Love It So Much I Had To Destroy It

A little background. I have had a Facebook account since ~2011 but I only created it so I could access and control my organizational Facebook pages. There are a very small number of people I friended when created the account and I pretty much haven’t friended anyone since. I don’t have a Facebook connection with any of my siblings or my mother. I pretty much ignore anything Facebook suggests I might want to watch.

That is until about 3-4 months ago. There was a video of magician/puzzle enthusiast Chris Ramsay solving a three dimensional puzzle. I am not really into puzzles, but the time, effort and craftsmanship people have put into creating the puzzles Ramsay gets his hands on is worthy of admiration. After awhile I realized watching Ramsay disassemble and reassemble a puzzle in 40 minutes that I know would take me a couple days to solve has gotten me to pay attention to all the different perspectives one may have to take to solve a problem–though his default opening move is usually to spin the puzzle. (His videos are generally edited down to about 10 minutes, but he generally has a timer running next to him.)

Suffice to say, he is really, really good at solving puzzles. However, there was one he really couldn’t solve and subsequently took a circular saw to it to learn its secrets. Then he immediately felt regret at having done it.

He made a video where he admits he could present a number of reasonable explanations about why he cut it open, but that he would be lying. He expresses his regret for cutting it open and apologizes to his viewers for having done it.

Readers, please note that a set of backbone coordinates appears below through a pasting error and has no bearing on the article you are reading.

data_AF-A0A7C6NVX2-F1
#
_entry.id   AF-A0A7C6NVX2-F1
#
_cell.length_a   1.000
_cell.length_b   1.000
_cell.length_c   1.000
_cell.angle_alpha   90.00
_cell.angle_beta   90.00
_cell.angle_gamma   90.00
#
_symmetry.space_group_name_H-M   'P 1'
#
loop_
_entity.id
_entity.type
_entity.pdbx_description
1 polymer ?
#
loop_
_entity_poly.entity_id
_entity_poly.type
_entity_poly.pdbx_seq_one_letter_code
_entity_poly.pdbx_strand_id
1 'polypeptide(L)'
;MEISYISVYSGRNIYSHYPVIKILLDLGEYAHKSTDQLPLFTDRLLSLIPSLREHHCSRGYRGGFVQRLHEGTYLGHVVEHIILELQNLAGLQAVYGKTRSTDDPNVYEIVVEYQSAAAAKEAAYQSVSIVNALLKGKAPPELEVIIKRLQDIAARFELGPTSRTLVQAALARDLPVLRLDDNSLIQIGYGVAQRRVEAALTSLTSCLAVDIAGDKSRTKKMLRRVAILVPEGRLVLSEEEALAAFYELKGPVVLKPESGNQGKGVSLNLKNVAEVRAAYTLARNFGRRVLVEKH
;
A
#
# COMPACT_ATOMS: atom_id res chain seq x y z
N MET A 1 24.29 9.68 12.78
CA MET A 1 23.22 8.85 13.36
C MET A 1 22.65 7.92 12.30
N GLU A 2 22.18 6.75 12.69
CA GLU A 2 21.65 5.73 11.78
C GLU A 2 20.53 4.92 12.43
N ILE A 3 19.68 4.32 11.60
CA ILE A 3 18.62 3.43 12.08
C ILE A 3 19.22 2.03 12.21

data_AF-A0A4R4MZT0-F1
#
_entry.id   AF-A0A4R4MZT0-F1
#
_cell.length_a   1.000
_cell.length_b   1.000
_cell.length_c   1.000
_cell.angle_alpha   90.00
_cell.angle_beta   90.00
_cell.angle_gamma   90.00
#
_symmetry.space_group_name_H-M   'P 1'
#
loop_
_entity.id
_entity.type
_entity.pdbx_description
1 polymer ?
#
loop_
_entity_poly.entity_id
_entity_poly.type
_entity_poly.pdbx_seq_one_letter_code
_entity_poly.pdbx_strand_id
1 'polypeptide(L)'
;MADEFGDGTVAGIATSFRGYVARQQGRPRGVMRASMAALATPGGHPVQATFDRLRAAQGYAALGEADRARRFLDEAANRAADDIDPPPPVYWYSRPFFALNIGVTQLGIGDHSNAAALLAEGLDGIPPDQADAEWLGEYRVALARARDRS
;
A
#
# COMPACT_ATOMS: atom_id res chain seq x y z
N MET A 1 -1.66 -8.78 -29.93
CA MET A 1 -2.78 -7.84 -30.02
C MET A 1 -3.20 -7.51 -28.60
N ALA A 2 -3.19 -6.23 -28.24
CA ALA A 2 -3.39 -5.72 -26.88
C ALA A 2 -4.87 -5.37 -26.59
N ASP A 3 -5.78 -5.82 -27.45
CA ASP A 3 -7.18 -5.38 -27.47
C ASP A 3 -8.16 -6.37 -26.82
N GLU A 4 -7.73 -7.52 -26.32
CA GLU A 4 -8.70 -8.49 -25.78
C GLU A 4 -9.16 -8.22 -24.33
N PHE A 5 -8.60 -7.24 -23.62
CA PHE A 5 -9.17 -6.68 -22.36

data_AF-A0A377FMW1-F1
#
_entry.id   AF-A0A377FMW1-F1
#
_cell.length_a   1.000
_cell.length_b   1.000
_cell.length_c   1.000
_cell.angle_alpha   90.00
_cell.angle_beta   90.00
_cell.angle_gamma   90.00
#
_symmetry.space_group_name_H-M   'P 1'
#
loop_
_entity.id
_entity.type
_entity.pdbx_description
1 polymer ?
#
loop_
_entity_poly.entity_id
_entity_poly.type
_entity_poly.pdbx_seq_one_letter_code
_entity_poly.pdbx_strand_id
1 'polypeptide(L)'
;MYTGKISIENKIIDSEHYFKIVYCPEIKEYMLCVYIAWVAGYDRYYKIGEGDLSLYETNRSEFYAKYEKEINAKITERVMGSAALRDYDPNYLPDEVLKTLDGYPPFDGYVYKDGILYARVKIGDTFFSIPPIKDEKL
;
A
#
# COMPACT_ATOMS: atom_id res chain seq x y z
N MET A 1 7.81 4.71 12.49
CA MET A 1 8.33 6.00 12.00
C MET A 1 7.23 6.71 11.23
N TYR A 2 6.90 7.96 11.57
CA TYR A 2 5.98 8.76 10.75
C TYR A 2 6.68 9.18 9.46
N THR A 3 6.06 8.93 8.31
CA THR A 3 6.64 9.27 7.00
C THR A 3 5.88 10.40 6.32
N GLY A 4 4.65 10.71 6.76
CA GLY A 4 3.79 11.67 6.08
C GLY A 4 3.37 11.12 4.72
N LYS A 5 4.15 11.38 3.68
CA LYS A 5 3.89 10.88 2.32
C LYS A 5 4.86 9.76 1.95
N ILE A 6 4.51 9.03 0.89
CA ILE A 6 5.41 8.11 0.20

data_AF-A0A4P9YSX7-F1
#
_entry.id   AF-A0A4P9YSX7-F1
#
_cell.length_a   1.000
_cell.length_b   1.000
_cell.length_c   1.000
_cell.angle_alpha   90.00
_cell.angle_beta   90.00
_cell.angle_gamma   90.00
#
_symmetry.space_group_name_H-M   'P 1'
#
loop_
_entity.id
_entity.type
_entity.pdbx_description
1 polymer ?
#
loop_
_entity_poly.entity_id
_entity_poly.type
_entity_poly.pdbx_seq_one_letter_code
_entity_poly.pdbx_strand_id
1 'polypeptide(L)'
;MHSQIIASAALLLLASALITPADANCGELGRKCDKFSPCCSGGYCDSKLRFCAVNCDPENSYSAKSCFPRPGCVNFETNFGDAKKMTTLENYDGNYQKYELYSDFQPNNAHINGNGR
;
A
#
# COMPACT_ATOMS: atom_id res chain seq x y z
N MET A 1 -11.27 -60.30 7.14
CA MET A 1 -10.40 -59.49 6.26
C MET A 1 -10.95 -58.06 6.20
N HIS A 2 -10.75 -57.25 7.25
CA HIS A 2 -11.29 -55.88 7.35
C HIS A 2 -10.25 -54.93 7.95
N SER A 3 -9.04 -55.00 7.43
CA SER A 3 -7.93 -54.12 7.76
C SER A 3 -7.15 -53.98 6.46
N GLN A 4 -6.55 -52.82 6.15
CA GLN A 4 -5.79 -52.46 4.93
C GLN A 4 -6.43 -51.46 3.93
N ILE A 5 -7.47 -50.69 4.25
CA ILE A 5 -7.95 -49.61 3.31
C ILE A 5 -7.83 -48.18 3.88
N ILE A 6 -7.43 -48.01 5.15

It was all very heartfelt and honest. Even though he wasn’t reflecting on his own creative process directly, he dedicates so many of his videos to admiring the mastery of puzzle makers and magicians, I feel like there is something worthwhile in witnessing his apology. Actually, you could probably use this as a jumping off point for a discussion about the destructive ways in which a declared fervent love or admiration for something can manifest.

I found the video on YouTube and cued it up to the start of the apology. Feel free to start from the beginning to see how the puzzle was crafted.

 

 

About Joe Patti

I have been writing Butts in the Seats (BitS) on topics of arts and cultural administration since 2004 (yikes!). Given the ever evolving concerns facing the sector, I have yet to exhaust the available subject matter. In addition to BitS, I am a founding contributor to the ArtsHacker (artshacker.com) website where I focus on topics related to boards, law, governance, policy and practice.

I am also an evangelist for the effort to Build Public Will For Arts and Culture being helmed by Arts Midwest and the Metropolitan Group. (http://www.creatingconnection.org/about/)

I am currently the Director of the Grand Opera House in Macon, GA.

Among the things I am most proud are having produced an opera in the Hawaiian language and a dance drama about Hawaii's snow goddess Poli'ahu while working as a Theater Manager in Hawaii. Though there are many more highlights than there is space here to list.

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